Through the prophet Amos and believing that ours is a God of love, we can hear these words.  Otherwise, it would be so easy to just dismiss us, give up on us, leave us to our own sinful devices.  As I’m sure you’ve heard, and I didn’t come up with.  God loves us just the way we are, but God loves us too much to let us stay that way.  There’s a practice among community organizers, it’s called agitation.  The thing is they don’t agitate everybody, they agitate themselves and each other.  They are pushing one another to grow, to become better, to act stronger and with more purpose.


That’s what God was doing when a bunch of slaves were rescued from slavery in Egypt.  That’s what’s behind all the laws that God gave them in the wilderness.  It wasn’t just a way to get to a promised land, God’s promise was a land where they could live God’s way.  Where sabbath rest meant that slaves and foreigners and even the land were not abused and used up by our greedy desires.  Where widows, orphans, elderly were not abandoned, where everybody gave a hand to pull someone up by the proverbial bootstrap.  Where debts were forgiven.


With this truth, with the words of Amos, and with preachers and prophets, God’s truth is trying to set us free.  Remember truth in love.  We are not slaves to a sinful system that says our value is only tied to how much money we have, where we live, what the color of our skin is, what language we speak.  We are set free to struggle to break open oppressions so that justice can flow freely for everyone, and not just those who can afford it.  With every purchase, every decision, every vote, every letter or email to a government official.  God is giving us a vision of justice to guide all our choices.  So, if the cuts to SNAP, and the debate over the farm bill are important, our church can help you speak up and speak out, to do your Christian duty to contact your legislator, and put your faith into action.  Out in the lobby, I have some handouts for the ELCA office for Advocacy and public policy.  We are called to show-up and be part of the decisions that impact people’s lives–issues like immigration reform, civil rights for all people, and more.  Our faith calls us to show up when and where decisions are being made.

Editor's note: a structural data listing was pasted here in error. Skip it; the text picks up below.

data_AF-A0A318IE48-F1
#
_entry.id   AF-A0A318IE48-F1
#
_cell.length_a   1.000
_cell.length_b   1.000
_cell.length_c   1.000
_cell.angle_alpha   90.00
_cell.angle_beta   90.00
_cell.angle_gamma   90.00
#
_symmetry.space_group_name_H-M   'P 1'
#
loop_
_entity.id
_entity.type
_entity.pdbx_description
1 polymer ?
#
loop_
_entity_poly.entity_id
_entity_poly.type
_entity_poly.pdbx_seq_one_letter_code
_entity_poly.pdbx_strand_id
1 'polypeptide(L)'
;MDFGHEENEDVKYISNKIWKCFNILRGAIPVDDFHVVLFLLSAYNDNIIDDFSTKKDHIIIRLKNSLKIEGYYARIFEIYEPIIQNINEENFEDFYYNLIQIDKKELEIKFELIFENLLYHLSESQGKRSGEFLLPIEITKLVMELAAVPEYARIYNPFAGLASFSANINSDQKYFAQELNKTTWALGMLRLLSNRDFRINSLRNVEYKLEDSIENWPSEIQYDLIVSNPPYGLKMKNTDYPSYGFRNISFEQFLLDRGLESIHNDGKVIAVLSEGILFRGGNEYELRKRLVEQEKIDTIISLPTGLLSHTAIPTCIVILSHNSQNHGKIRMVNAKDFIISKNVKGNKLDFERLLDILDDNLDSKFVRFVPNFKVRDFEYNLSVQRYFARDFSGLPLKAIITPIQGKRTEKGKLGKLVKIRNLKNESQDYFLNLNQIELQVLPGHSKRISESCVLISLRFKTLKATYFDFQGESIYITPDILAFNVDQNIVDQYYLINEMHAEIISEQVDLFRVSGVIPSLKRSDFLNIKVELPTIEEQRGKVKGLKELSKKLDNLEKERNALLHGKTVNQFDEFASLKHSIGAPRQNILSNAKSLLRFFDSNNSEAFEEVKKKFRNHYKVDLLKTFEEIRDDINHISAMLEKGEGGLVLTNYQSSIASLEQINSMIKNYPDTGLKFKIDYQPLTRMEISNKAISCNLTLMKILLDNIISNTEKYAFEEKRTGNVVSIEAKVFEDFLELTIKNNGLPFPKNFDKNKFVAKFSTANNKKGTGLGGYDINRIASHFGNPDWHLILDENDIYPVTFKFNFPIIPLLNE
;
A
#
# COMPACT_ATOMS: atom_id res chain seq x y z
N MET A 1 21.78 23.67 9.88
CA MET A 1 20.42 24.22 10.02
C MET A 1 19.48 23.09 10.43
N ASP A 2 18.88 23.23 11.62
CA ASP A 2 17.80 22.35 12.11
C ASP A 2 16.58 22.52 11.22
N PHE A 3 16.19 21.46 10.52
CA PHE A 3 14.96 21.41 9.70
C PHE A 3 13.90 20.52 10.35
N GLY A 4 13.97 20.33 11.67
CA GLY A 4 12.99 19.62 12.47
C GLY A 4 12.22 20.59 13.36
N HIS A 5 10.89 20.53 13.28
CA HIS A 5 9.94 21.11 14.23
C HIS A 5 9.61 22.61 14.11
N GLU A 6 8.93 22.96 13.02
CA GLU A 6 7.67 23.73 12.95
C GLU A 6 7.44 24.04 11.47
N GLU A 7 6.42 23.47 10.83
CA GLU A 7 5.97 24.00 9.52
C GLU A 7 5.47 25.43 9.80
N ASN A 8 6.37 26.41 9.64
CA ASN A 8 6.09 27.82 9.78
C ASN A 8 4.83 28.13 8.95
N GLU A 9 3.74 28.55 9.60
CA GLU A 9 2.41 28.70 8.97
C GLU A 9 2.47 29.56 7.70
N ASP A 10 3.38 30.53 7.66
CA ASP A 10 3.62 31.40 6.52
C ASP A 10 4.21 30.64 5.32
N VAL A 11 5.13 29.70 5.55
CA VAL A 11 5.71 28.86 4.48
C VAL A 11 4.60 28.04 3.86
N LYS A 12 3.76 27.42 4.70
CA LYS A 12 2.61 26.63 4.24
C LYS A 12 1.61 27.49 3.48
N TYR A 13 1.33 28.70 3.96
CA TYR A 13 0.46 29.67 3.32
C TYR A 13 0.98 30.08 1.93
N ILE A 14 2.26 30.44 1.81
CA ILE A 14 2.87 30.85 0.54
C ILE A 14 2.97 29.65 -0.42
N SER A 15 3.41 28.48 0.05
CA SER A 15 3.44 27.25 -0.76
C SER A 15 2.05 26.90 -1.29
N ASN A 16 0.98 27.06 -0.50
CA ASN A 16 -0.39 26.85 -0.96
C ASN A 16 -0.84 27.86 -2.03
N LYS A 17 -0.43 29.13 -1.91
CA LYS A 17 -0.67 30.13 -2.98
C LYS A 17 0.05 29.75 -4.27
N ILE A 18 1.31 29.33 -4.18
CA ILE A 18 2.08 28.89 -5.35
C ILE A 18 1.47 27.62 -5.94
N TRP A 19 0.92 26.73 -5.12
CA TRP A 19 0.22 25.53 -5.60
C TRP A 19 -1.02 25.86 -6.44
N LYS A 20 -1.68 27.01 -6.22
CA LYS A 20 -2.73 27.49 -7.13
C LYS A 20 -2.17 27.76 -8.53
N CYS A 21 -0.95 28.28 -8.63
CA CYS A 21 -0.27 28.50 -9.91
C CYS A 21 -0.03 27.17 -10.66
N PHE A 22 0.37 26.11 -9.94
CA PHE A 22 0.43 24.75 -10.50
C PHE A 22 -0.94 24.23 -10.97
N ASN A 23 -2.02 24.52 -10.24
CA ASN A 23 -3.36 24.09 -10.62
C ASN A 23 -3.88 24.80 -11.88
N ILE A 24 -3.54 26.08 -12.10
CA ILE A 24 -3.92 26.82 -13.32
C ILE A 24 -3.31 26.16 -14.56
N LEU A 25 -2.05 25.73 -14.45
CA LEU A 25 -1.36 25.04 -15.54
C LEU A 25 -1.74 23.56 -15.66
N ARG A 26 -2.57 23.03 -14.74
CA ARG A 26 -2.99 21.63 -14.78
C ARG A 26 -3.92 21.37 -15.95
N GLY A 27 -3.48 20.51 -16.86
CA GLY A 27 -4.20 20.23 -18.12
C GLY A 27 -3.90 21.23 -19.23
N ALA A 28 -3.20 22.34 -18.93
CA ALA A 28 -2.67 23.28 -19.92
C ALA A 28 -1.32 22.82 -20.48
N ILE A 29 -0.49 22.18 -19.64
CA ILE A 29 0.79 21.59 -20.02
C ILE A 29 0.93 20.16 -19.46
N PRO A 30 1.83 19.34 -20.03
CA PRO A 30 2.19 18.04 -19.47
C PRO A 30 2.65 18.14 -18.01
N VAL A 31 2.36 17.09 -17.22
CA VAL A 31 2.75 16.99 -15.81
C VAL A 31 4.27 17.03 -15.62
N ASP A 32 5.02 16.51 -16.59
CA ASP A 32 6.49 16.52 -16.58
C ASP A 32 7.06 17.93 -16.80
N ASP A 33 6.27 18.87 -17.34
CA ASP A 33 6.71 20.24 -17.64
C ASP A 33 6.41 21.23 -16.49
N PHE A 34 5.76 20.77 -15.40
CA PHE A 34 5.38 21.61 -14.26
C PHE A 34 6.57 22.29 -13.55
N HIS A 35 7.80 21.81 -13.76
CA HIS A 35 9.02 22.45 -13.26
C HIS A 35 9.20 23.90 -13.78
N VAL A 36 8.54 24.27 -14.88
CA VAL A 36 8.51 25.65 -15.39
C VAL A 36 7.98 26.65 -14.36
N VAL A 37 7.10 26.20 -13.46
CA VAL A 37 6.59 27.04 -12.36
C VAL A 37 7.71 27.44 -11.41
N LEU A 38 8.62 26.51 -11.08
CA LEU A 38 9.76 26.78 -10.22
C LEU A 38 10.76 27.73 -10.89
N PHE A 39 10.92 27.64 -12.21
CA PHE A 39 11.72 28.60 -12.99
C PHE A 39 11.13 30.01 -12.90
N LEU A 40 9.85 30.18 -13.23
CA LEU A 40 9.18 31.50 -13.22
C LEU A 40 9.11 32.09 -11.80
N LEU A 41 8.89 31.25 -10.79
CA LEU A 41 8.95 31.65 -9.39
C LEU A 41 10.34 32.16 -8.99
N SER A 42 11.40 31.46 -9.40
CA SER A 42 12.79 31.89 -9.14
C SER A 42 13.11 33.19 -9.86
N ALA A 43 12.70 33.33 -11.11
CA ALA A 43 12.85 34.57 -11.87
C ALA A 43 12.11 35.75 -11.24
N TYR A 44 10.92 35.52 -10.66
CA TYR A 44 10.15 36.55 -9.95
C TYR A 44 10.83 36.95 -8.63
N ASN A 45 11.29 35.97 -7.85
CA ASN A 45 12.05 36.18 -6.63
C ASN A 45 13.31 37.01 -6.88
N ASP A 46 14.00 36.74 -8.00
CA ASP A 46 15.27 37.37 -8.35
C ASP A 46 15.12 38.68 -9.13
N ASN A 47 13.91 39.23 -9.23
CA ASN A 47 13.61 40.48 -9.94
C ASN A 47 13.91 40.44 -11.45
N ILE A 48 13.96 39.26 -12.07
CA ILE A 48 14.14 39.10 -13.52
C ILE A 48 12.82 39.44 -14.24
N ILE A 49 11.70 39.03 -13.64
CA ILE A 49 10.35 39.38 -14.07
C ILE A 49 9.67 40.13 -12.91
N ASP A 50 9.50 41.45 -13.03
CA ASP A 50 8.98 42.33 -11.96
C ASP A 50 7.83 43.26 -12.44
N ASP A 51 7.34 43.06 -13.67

Just as we can readily admit none of us is perfect, and we try to live, act, believe, think better.  We are freed by Amos and the prophets, most importantly freed by Jesus to admit, to confess, to be convicted that the political, the economic, the cultural systems of our world are not perfect (oftentimes not even close), and that we can, that God expects us to do something about it.  If you can, this week read the whole book Amos. I will admit it is hard, do not get too depressed, do not quit, read it all the way through, even that last chapter.  For those words are promises, God’s promise that the days are coming, and in Christ they are here, and now a time to rebuild, restore, repair, and replenish.  God is raising us up to the freedom of God’s true promised land, a place for all– no exclusion, no exceptions, no exemptions.  Amen

Draw a name

What do these things have in common?  Mascots, bullies, identity? They all have to do with names. Mascot names are in the news because for some people they can be degrading. Bullies call people names, and names are part of our identity that we don’t want stolen or forgotten.


I don’t think anyone would argue about the importance of names.  I experienced an example of the value of names this August, when Tanya and I were at the Churchwide assembly in Pittsburgh, there was quite a discussion around names.  Specifically, in considering a statement on criminal justice there was a decision to replace in a document the name blacks with African Americans. What followed was a lively debate, well as much as you can have with about a thousand people following proper parliamentary procedure.  But we did spend time hearing from people express their opinions on using terms like, blacks, African Americans, people of color and people of African Descent.


Now to some this may seem inane or silly.  However getting a name right is crucial. Moses in our scripture passage knew that.  He knew if he were going to try to convince his people that he should be their leader in a face off with one of the most powerful forces of the world, the Pharaoh of Egypt.  Moses would need to make sure he knew something about this god.  He knew he was going to have to take with him some powerful proof, a word, a name.